AC: This is a tough question.It’s very sad especially for rock how fans have stopped buying music and supporting their favourite bands and artists. It doesn’t help that most of the record stores are gone but between younger fans stealing music and grabbinganything they can for free it's a total disregard for the art form. It’s all single driven now and feels very shallow and empty to me. Everything feels like a flash in the pan and I can remember a band since the Foo Fighters that has come along with any staying power. I get very mad and emotional about this topic as I’ve watched the industry get decimated. So many friends have lost their jobs, bands have stopped touring, live venues and recording studios have closed and it was a domino effect that was far more damaging than the average fan will ever comprehend. The concert scene and live shows are the only part of the biz that are alive and kicking and it’s probably because people have no way of stealing that experience and nothing will replace being at an event like that. I do think the resurgence of vinyl is a positive sign but I honestly have no idea what shape the biz will in five years from now. My 2nd career choice was to be an NHL hockey player. It's a bit late for that now and I’m too skinny!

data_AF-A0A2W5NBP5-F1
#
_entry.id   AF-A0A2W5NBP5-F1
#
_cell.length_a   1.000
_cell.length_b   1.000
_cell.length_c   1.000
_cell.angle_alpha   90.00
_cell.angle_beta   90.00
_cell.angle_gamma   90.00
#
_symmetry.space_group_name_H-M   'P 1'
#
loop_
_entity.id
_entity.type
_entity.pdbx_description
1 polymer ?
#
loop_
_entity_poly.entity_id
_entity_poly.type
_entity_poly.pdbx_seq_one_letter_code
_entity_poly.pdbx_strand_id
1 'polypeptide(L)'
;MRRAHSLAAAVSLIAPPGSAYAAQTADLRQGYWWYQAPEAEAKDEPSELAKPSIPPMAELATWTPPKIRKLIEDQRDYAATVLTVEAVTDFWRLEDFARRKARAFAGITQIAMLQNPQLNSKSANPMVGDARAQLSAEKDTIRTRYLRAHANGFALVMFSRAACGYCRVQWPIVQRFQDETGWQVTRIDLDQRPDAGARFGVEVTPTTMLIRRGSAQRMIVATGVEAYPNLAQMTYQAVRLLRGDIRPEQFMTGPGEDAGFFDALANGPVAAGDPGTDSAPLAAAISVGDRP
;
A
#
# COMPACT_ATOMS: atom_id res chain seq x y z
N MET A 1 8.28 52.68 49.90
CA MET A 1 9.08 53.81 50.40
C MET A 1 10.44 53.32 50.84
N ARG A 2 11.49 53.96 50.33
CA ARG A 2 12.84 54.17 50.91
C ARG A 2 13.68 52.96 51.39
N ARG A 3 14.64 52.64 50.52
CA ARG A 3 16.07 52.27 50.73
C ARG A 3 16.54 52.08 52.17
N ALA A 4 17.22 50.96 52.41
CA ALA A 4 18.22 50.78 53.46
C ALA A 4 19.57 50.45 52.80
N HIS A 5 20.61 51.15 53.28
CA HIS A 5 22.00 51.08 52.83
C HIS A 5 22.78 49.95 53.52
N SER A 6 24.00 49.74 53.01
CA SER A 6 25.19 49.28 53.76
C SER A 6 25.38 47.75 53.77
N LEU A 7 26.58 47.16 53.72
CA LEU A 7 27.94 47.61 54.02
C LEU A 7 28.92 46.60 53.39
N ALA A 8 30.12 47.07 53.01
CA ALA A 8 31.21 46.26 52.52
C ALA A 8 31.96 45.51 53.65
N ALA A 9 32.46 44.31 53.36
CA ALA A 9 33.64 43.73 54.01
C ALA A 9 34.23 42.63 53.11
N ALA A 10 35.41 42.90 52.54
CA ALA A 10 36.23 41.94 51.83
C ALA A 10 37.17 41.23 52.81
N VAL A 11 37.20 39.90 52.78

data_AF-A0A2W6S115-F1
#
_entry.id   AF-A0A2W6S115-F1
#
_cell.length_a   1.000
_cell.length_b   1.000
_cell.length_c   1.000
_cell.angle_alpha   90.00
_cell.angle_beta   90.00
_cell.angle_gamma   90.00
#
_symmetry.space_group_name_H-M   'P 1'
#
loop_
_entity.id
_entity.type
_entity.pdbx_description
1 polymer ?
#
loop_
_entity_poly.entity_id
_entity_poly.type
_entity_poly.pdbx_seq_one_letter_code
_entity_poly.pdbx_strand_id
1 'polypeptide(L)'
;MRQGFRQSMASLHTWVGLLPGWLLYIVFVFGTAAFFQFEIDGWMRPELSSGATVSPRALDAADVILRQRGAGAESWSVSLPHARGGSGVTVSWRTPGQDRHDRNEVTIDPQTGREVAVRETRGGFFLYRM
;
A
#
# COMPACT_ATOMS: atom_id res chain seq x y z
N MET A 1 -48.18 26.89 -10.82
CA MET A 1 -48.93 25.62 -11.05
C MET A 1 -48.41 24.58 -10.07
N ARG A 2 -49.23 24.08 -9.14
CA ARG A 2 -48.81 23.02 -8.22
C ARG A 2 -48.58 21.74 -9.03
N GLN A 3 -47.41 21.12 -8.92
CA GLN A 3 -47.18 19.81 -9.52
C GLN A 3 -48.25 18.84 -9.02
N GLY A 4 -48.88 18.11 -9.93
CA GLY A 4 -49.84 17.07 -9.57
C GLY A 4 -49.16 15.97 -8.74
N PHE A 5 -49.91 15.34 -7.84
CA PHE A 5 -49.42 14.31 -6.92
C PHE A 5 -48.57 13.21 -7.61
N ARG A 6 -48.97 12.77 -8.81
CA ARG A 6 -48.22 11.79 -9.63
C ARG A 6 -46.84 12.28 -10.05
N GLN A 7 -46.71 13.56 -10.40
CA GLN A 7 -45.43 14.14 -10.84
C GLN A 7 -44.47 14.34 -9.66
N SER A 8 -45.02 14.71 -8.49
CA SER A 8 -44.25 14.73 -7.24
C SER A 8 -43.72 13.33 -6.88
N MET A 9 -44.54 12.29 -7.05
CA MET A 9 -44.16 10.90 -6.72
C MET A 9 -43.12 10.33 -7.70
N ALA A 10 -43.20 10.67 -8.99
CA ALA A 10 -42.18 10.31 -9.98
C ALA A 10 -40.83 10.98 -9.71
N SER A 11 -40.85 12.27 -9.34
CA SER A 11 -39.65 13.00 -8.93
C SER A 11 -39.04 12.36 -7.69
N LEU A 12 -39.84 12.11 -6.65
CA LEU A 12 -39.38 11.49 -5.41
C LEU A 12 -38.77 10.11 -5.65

LDP: Let's go back to your ralationship with electric bass. What about your concept of the instrument? You have played in so different contexts and you have always been able to place a powerful sound. What kind of gear did you use at that time and what are you using now?